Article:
Dag Kittlaus was co-founder and CEO at Siri, which was acquired by Apple in 2010.
For decades, Hollywood has been portraying machines that humans can converse with, delegate tasks to, and command. Remember the HAL 9000, KITT the car, COMPUTER from Star Trek, or even the brilliantly conceived and visualized Apple “Knowledge Navigator” from over 20 years ago? The day is dawning.
The response to Siri has exceeded even my own imagination … and I have a rather vast imagination. I don’t believe it’s an accident that Siri has captivated as it has. It’s fun, it works well for most, and makes complex interactions simple. And while I don’t know what Apple plans to do with Siri going forward, you can bet that it’s going to get better and do more. I’ll be the first one in line for the iPhone 5, 6, and 7 just to get the latest Siri. (Better yet, I’ll just ask Siri to send me the latest model as they become available.)
But these are the early days. I believe that when our kids are our age, they will ask us in amazement how we got along without having a virtual assistant to delegate the menial tasks of our life to, in the same way we can barely remember a world without the internet, Googling, and the laptop. As the state of the art progresses, you will see domain-specific competitors emerge across all kinds of verticals where conversational interactions make complex interactions simpler. Think banking, where a European bank is already aggressively investing in automated virtual tellers, e-commerce where evidence hints at Amazon starting to walk down the path of speech-based commerce. Don’t forget virtual travel agents, virtual customer service agents like VirtuOz, and ultimately Virtual medical assistants that will embody Vinod Khosla’s vision of Dr. Alogorithm. This world is coming, and coming soon. But why?
Because the AI Virtual Assistant is the interaction substrate of the digital future.
This is because it elegantly encapsulates the myriad of elements we want in applications and internet services such as personalization, simple interaction, contextual awareness, and integrated actions … all wrapped up in one simple conversation. For example, if we use a conversation snippet from an imaginary virtual travel assistant, you see how several aspects of services are joined:
“Dag, your flight is 2 hours, 30 minutes delayed. Can I find you a hotel room in the area? Or can I check other flights to the same destination?”
To do this seemingly simple task integrates an understanding of time, location, context, personalization, as well as integrating flight status, hotel booking and available flight services. If we continue in this domain we could imagine this follow-on response to the travel snippet:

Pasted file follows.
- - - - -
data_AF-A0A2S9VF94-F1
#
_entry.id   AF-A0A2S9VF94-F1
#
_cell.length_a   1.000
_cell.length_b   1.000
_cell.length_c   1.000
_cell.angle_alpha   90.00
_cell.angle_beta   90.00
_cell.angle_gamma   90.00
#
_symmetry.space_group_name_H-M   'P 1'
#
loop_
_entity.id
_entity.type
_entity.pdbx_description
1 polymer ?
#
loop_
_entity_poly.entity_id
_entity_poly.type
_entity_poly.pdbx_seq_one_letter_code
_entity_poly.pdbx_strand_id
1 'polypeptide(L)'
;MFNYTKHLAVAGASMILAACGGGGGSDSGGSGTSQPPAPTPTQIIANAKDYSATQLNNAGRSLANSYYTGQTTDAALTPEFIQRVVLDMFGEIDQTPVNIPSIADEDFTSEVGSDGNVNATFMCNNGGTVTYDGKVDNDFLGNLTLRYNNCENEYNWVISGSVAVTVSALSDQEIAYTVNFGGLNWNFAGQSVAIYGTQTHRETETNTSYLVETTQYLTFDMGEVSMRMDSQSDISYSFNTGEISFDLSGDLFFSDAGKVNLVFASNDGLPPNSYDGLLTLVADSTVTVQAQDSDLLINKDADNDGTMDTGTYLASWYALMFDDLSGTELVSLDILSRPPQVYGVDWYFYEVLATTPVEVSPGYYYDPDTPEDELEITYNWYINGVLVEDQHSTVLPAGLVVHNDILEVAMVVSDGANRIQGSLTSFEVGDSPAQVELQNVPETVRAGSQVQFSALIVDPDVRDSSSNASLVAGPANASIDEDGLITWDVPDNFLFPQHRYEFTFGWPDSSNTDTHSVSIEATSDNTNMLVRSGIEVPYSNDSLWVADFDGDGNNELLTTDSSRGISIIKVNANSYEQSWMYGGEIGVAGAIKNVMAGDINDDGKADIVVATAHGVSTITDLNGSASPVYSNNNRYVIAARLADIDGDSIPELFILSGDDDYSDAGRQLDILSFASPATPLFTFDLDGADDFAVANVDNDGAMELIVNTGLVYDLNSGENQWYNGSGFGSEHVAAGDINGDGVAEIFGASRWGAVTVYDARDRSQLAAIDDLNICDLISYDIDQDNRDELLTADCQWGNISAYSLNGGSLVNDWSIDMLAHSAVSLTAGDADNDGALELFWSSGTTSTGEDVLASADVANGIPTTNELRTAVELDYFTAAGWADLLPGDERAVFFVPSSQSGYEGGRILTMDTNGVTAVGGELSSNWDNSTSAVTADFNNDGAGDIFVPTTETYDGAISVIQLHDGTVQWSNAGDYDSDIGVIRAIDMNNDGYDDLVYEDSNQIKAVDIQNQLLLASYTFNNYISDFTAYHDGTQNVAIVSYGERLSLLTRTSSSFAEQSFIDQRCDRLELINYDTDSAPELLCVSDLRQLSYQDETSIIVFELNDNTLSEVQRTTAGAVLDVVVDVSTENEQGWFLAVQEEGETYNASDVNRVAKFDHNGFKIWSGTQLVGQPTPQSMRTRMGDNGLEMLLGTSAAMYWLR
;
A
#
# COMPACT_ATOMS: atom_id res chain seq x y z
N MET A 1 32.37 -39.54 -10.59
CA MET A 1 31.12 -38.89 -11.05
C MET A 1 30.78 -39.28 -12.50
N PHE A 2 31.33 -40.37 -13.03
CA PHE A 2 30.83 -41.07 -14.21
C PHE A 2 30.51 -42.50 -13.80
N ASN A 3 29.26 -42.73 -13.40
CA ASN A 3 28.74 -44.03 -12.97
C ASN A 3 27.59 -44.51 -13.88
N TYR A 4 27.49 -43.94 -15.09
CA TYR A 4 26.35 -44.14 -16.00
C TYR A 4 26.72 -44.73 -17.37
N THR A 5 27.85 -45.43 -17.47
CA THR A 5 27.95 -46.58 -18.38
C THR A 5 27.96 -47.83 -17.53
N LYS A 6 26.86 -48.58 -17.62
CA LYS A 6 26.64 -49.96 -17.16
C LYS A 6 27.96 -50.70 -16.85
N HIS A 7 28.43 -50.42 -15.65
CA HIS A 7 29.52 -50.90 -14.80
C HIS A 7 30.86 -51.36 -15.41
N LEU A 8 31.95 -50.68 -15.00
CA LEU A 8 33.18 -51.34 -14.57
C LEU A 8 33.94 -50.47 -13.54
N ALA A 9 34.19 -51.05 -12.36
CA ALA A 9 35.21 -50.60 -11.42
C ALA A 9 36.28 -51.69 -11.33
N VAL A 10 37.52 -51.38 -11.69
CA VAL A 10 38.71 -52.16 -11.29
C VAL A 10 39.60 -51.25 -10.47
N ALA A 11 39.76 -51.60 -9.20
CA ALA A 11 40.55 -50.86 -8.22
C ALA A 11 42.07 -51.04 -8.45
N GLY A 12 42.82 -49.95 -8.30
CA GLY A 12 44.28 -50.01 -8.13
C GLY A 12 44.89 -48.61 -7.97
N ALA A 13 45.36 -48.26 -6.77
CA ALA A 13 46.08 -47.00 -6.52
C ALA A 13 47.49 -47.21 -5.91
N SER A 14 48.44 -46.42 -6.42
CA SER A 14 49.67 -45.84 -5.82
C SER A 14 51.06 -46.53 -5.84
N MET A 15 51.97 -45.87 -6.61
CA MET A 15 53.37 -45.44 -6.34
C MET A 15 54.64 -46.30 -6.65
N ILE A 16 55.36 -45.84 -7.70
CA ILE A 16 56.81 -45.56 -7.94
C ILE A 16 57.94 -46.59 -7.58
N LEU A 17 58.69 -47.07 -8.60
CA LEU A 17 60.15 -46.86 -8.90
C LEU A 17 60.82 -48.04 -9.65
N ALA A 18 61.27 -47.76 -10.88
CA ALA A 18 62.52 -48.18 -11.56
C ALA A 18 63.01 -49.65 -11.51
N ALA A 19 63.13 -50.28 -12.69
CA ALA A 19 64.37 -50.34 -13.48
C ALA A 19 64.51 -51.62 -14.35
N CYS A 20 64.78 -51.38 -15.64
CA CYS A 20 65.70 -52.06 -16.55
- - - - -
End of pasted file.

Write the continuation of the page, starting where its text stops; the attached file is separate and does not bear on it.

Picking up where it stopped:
“I have found a seat to Seattle on Friday, October 3 departing at 8:30am. I have requested an aisle seat and a frequent flyer upgrade as usual.“
Again, this snippet shows a knowledge of travel destination, seating preferences, frequent flyer features, and flight booking service in one elegant interaction. Doing exactly the same thing in today’s smartphone paradigm would entail some serious form filling, at least three or four different apps and far more time and clicks.
Imagine the magic that happens when your virtual assistant knows your preferences across many areas, your friends, your credit card, your address, music tastes, accounts, and lots of other information about you and dynamically applies these across whatever you need done across many available services and applications.
-“Send a check to PG&E for $89.47”
-“Let me know when Sting is playing nearby”
-“Buy the Steve Jobs biography and send it to my brother”
-“Set up an afternoon doctor’s appointment for late next week ”
-and on & on & on
It will be game over. You will not go back to yesterday’s way of doing things. When a platform emerges that integrates the web with conversation and understanding, the user paradigm will change forever and a kinder, gentler version of the HAL 9000 will emerge as the norm. One interesting question that remains unclear is whether the world will have one gigantic AI overseeing all of your needs, weaving together the various vertical domains into a single AI mosaic or whether we will have many assistants at our beck and call. As John Battelle elegantly put it, “the future of search isn’t search, it’s a conversation with someone we trust.” And while I’m not sure he was thinking of this specific example, it’s a wonderful way to sum up the coming age of AI Virtual Assistants.
Siri on iPhone 4S lets you use your voice to send messages, schedule meetings, place phone calls, and more. Ask Siri to text your dad, remind you to call the dentist, or find directions, and it figures out which apps to use and who youâ€™re talking about. It finds answers for you from the web through sources like Yelp and WolframAlpha. Using Location Services, it looks up where you live, where you work, and where you are. Then it...
Siriâ€™s CEO is Dag Kittlaus, who founded the company as an Entrepreneur-in-Residence at SRI. A serial innovator and consumer wireless internet veteran of 10 years in Scandinavia and the US, Dag is working on creating his third consecutive mobile internet product with over a million users. Dag has held leadership roles as VP of Consumer Internet Services at Scandinavian telecom giant Telenor Mobile, and several consumer product groups at Motorola including GM of xProducts and founder and GM of...
Started by Steve Jobs, Steve Wozniak, and Ronald Wayne, Apple has expanded from computers to consumer electronics over the last 30 years, officially changing their name from Apple Computer, Inc. to Apple, Inc. in January 2007. Among the key offerings from Apple’s product line are: Pro line laptops (MacBook Pro) and desktops (Mac Pro), consumer line laptops (MacBook Air) and desktops (iMac), servers (Xserve), Apple TV, the Mac OS X and Mac OS X Server operating systems, the iPod, the...